I don’t know Bob, there could be unforeseen problems that arise if materials are significantly changed. What if they build a new machine that only works with a certain kind of stitching, and then they find the new stitching causes even worse blisters than the current stuff? Or if the synthetic leather is great on natural grass and most dirt but has strange friction properties occur with certain types of glove materials (too sticky and it gets stuck in the glove, too slick and it bounces out easily, etc), or turf materials, or the surface is greatly affected by things like sunscreen or some kinds of dirt/rosin, etc. Changing as few variables as possible is always preferable. It may be that it’s easily doable and testable, but then again, why not just go back to the way the ball was made prior to this new “juiced ball” era? I don’t remember many problems back then. Surely they can identify what has changed about it despite their denial and insistence that it’s still within specs.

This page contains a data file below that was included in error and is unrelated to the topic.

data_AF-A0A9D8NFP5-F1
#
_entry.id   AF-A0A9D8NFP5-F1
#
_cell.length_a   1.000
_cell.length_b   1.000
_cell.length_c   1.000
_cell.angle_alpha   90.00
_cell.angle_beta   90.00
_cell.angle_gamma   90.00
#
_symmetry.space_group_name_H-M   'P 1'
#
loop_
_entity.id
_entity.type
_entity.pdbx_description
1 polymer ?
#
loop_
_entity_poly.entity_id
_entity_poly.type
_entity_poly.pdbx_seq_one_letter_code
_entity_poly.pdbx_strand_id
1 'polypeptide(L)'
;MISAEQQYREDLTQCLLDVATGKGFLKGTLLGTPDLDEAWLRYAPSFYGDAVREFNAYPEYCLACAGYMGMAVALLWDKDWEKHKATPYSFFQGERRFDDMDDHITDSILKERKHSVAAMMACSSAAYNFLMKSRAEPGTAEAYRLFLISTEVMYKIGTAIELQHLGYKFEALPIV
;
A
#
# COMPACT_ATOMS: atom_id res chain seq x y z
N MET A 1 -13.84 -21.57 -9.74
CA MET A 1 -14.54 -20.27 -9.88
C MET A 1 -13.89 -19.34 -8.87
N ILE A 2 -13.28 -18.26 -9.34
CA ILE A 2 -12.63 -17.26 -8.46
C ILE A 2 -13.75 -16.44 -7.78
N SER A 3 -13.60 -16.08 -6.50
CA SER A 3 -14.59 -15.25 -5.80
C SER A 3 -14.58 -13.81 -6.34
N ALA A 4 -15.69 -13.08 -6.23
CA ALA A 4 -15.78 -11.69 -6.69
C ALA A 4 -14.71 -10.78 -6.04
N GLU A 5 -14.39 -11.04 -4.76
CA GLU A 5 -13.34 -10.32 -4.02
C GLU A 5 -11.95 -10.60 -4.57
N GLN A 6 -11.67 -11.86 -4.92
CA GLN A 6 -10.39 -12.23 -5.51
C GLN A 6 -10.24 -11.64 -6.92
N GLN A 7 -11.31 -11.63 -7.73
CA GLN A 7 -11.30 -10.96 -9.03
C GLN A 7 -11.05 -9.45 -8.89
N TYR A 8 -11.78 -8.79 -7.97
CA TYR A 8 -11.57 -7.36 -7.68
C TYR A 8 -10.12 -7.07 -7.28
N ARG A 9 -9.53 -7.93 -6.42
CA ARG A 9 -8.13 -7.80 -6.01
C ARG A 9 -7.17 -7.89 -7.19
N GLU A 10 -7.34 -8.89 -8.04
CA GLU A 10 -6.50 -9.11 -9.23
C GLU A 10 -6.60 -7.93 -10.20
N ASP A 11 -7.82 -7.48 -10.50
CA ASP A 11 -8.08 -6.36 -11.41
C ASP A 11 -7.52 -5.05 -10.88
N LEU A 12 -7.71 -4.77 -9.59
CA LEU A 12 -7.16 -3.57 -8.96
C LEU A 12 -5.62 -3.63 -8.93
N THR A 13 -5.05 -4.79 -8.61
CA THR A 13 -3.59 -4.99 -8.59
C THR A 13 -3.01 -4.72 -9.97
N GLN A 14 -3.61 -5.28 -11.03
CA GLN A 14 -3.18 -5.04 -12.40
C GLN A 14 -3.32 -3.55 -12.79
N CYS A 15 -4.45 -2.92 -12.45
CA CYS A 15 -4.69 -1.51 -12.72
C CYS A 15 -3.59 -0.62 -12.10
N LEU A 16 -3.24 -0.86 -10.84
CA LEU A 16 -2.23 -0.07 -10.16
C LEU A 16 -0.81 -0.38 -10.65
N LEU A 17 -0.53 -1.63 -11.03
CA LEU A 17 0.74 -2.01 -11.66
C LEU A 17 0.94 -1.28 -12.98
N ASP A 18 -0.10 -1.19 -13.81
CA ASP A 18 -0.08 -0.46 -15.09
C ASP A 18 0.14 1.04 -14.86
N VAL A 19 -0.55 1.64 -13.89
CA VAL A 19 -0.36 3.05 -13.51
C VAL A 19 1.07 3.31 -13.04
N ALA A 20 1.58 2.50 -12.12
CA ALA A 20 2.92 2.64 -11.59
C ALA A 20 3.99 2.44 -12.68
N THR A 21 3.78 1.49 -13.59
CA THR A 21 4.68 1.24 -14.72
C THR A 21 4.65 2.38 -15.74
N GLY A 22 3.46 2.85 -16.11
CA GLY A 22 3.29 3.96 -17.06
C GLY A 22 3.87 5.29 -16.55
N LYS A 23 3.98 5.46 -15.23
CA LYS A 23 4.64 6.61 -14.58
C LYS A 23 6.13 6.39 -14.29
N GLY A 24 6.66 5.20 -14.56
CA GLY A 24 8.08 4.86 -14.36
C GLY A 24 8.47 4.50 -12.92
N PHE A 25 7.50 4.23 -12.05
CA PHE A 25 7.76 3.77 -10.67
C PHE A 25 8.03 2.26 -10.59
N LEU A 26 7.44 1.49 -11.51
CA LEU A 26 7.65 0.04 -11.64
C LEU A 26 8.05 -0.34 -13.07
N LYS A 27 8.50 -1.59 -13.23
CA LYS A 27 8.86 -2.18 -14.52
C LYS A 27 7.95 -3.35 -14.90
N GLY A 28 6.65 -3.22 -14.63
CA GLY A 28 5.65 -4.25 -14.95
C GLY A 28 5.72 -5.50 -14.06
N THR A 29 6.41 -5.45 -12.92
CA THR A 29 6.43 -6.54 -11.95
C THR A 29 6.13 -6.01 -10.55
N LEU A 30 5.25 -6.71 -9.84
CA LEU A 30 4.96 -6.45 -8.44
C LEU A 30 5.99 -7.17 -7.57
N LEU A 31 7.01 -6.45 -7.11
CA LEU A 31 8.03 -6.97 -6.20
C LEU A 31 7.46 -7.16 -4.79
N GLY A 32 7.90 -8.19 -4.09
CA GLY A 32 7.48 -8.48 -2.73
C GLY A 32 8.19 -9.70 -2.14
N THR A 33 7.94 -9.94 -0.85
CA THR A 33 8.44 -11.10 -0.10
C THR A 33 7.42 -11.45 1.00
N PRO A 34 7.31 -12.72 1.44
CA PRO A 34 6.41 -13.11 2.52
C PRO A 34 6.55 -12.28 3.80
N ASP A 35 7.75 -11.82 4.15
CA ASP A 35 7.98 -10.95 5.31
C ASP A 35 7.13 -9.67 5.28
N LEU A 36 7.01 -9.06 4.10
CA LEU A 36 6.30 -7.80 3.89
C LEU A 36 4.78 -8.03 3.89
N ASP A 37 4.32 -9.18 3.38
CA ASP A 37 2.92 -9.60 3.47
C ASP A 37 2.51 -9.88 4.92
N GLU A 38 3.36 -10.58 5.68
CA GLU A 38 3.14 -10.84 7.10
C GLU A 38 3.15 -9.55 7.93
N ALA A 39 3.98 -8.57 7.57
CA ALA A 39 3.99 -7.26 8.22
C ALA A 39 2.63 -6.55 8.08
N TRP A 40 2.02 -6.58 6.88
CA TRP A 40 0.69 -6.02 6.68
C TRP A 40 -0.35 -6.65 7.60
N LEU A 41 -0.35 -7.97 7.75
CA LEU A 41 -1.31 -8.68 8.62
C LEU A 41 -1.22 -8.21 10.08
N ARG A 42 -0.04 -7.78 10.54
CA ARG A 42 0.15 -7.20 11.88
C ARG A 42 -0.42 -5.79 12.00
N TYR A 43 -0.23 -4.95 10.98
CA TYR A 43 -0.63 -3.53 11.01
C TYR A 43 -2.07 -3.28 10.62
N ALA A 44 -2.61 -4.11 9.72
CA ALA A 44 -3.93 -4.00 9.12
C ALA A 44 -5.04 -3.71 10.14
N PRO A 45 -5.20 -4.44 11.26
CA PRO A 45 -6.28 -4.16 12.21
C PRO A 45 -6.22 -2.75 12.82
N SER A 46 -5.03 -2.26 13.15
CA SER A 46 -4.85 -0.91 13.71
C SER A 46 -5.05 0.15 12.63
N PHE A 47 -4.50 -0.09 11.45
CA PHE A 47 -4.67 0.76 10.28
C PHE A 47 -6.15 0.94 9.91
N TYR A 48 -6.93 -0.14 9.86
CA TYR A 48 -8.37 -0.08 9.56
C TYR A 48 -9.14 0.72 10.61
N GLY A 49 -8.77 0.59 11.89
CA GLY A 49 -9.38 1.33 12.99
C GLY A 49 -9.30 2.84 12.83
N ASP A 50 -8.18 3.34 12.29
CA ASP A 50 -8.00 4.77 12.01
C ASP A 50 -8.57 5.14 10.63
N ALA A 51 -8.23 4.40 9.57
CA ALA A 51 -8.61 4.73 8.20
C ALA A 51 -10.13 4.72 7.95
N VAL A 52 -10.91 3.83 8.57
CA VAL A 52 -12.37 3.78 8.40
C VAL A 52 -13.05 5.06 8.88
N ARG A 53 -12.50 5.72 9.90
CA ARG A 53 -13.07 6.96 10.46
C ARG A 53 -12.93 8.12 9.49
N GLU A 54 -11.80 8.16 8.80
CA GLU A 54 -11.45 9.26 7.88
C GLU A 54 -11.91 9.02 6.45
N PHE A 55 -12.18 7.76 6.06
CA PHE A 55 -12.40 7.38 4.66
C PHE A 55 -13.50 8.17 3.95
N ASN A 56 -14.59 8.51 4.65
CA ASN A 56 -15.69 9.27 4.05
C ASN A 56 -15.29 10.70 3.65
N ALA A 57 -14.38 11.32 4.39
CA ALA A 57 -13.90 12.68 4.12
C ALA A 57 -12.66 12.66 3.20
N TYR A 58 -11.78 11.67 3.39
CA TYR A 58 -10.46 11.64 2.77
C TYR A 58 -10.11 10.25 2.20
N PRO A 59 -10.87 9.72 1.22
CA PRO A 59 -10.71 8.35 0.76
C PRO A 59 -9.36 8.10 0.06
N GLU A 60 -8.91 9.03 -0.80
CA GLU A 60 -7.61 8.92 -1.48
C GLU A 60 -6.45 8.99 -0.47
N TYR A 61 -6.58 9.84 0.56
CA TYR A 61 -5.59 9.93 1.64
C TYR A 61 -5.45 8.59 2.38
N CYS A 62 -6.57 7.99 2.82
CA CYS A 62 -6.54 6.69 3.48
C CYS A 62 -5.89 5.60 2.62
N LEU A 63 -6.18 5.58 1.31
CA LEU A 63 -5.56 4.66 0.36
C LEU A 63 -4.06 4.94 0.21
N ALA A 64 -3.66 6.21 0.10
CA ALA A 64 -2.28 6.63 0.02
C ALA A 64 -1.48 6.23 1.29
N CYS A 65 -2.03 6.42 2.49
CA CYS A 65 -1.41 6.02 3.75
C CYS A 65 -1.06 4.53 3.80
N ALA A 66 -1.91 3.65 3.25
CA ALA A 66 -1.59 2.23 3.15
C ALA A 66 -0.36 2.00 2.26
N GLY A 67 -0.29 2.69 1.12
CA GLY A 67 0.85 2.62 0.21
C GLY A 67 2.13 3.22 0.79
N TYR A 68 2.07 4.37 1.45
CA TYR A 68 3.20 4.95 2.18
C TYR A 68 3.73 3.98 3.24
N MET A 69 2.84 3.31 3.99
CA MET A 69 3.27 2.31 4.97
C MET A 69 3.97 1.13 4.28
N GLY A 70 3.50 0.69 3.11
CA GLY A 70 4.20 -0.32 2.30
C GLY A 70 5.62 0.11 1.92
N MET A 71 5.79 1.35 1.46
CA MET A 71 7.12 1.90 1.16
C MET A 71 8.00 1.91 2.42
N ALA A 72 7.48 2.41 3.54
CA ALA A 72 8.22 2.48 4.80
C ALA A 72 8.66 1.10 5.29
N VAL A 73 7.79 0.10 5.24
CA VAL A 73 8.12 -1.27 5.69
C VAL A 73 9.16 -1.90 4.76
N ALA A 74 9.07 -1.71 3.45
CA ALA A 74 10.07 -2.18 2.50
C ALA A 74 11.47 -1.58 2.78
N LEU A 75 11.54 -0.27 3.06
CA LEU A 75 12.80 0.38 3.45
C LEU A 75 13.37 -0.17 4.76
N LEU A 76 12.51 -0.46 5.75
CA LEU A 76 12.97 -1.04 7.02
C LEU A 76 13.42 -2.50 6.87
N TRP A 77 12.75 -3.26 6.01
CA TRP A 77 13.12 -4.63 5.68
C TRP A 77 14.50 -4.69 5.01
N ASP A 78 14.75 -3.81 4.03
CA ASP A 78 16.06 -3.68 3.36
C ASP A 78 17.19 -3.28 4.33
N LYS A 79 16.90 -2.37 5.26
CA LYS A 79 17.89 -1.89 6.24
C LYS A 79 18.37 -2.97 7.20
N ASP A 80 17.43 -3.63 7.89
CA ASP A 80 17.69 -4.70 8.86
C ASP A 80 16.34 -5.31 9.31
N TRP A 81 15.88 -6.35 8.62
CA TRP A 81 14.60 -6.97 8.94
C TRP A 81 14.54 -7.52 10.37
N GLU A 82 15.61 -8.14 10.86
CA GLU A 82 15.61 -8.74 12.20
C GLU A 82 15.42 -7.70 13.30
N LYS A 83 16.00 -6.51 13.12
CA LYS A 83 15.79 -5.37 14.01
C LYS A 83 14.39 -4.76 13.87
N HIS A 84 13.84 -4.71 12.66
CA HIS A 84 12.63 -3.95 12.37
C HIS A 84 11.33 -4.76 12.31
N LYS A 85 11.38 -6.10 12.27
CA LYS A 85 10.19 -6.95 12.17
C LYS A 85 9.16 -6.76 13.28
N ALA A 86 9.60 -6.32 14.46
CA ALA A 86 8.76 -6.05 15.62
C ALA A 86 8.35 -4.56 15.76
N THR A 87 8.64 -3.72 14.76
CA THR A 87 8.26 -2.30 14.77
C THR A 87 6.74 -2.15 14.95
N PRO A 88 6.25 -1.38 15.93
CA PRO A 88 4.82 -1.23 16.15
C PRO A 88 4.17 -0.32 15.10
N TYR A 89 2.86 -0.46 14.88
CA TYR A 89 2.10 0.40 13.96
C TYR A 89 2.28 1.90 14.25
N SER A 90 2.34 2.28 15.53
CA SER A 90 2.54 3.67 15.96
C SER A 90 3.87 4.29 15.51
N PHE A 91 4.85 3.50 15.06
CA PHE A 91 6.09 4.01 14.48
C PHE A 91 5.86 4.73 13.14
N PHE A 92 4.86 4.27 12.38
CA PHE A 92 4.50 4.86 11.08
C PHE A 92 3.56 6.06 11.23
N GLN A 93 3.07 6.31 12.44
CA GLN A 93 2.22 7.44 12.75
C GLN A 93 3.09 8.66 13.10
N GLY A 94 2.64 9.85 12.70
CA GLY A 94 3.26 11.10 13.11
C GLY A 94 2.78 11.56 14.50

6 years ago
Reply to  Rotoholic

Doing something like this would require extensive testing and likely take years, but why not give it a try? I mean, if they had started doing this in the 90’s imagine what we would have learned by now. I feel like this is more about “baseball tradition” than anything else.

6 years ago
Reply to  Deacon Drake